Here’s a word you likely couldn’t have imagined pre-2020: Zoomocracy.
It’s the term coined by New Haven Independent editor Paul Bass summarizing recent research by Southern Connecticut State University faculty members Jodie Gil and Jonathan Wharton, associate professors in Journalism and Political Science.
Gil and Wharton evaluated how Connecticut towns and cities handled budget approvals in spring 2020, when the COVID-19 pandemic forced much of the world to restrict large gatherings. Many municipalities turned to Zoom and other video conferencing platforms to host budget discussions and try to engage people in the process, as would normally happen during a budget season.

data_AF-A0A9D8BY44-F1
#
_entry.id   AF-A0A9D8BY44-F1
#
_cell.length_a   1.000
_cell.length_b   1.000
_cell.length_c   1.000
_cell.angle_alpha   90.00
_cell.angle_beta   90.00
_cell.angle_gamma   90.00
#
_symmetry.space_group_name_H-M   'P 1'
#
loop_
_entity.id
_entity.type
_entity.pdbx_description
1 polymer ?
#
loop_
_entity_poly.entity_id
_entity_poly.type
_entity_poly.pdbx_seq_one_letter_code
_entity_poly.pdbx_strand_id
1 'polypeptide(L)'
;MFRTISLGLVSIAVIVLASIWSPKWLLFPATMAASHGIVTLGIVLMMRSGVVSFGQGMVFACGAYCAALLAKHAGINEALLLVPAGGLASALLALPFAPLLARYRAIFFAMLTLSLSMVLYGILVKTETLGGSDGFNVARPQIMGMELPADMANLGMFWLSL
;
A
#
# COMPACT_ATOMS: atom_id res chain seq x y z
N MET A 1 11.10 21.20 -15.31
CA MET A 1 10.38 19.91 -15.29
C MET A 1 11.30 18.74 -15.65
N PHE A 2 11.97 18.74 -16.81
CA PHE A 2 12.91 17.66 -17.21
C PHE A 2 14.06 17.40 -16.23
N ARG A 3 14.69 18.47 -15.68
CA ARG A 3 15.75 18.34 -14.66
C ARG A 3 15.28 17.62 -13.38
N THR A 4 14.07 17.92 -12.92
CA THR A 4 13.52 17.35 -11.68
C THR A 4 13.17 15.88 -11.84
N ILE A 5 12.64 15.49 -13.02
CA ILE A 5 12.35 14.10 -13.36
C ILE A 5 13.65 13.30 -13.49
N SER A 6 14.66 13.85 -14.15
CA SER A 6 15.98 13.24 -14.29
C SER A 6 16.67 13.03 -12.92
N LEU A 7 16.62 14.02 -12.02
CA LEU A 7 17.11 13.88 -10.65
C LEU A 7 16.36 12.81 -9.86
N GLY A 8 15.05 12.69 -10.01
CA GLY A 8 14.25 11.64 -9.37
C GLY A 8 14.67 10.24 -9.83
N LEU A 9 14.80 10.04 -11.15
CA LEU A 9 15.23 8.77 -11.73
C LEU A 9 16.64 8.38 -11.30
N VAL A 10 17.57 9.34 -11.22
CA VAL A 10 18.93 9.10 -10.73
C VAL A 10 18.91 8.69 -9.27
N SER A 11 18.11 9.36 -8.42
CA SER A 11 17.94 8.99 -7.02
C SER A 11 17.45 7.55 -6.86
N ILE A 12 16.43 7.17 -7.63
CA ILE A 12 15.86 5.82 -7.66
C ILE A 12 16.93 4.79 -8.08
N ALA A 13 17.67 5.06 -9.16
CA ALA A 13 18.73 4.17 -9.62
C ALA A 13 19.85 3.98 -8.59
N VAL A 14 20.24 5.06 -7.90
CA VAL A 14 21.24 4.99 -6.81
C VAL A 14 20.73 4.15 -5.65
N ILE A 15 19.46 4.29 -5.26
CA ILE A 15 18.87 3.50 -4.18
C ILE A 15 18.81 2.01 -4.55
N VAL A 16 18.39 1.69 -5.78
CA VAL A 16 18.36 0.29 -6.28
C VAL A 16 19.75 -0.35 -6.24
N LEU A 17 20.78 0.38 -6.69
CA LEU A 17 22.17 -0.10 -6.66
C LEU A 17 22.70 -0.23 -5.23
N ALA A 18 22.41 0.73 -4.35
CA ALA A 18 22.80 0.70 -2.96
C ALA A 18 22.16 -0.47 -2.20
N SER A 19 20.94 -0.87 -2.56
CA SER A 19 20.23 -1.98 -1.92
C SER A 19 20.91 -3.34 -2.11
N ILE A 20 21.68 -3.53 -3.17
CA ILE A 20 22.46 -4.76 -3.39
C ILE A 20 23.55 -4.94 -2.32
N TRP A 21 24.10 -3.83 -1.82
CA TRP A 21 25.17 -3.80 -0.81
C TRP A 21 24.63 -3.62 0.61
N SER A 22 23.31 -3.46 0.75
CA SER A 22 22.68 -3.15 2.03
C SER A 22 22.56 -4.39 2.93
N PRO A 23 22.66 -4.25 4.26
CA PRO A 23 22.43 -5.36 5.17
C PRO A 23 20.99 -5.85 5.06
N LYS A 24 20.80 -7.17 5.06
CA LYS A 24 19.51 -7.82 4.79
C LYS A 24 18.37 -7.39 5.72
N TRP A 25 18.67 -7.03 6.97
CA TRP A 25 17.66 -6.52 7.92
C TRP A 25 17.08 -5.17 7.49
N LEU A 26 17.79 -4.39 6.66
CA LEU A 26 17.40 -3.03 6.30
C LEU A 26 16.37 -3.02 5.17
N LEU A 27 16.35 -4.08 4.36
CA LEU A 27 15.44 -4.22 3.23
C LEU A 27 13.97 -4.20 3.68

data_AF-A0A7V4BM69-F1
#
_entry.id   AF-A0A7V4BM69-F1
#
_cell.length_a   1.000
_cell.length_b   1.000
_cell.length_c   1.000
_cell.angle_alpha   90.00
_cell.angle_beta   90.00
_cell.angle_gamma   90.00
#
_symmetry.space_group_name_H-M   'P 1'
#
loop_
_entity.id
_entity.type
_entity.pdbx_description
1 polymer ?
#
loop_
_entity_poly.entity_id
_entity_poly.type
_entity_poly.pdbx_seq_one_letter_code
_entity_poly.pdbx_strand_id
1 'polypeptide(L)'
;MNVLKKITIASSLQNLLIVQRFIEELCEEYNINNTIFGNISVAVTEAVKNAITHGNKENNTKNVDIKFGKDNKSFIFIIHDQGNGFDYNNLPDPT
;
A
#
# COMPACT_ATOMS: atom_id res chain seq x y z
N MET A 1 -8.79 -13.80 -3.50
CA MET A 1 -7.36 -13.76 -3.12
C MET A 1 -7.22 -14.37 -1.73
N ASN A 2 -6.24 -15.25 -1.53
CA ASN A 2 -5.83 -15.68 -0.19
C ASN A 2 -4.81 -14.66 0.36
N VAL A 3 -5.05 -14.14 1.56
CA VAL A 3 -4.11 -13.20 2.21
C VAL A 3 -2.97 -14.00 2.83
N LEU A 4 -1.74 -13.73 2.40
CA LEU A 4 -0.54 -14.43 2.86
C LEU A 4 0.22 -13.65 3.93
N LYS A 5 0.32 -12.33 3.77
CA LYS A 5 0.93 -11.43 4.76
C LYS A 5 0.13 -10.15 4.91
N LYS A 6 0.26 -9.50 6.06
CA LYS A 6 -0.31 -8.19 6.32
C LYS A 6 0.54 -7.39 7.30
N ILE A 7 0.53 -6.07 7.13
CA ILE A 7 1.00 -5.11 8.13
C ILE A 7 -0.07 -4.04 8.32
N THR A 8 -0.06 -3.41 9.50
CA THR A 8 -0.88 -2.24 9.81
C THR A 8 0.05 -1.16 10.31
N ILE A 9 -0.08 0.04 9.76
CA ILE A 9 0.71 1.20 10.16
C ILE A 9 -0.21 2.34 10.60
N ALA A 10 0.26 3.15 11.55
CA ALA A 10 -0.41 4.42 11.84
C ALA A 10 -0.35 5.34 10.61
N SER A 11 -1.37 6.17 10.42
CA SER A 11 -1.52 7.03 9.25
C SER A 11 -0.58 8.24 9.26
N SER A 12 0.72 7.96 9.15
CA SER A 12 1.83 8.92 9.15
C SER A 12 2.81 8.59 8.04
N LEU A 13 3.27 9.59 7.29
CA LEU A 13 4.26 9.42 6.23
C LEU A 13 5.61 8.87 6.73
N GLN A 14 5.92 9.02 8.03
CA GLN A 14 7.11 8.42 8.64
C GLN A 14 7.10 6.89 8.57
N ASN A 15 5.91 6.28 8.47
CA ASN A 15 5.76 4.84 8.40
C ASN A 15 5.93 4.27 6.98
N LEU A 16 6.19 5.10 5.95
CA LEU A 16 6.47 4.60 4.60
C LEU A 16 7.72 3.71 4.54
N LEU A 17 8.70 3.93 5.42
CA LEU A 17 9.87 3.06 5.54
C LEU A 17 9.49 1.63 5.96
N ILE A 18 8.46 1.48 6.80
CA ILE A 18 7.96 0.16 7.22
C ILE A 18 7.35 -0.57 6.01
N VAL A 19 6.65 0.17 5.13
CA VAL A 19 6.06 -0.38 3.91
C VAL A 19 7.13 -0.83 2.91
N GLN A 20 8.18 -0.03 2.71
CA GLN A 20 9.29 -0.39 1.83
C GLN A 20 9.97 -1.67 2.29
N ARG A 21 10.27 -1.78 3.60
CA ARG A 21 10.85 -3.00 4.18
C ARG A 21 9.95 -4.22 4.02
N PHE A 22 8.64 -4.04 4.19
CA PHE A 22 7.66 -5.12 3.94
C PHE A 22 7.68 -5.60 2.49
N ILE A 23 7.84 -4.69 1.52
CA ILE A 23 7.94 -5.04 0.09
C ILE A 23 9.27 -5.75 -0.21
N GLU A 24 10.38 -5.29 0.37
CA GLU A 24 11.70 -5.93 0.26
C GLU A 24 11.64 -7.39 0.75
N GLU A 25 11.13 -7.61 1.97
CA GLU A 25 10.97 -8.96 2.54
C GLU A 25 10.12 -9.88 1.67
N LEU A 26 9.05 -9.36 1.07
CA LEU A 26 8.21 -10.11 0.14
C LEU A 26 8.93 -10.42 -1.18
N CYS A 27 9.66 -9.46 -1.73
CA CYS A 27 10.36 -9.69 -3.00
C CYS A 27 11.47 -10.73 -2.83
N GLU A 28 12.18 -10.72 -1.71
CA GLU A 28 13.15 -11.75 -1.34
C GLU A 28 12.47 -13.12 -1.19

Their research involved surveying 95 of the 169 municipalities in Connecticut, and analyzing four in more depth. They found that moving to virtual settings didn’t have an overall negative impact on public participation, and in fact, prompted some towns to reach out to residents more than they had in the past.
The paper recommends municipalities consider keeping pre-emptive disclosure of budget documents (something required with the shift to virtual meetings), and consultation with other towns as best practices emerge.
The research was published in the Journal of Civic Information in December 2020. Read the full article here.
The full interview with the New Haven Independent can be viewed below, or at this link.
The research was also featured in the Valley Independent Sentinel and WNPR’s Where We Live.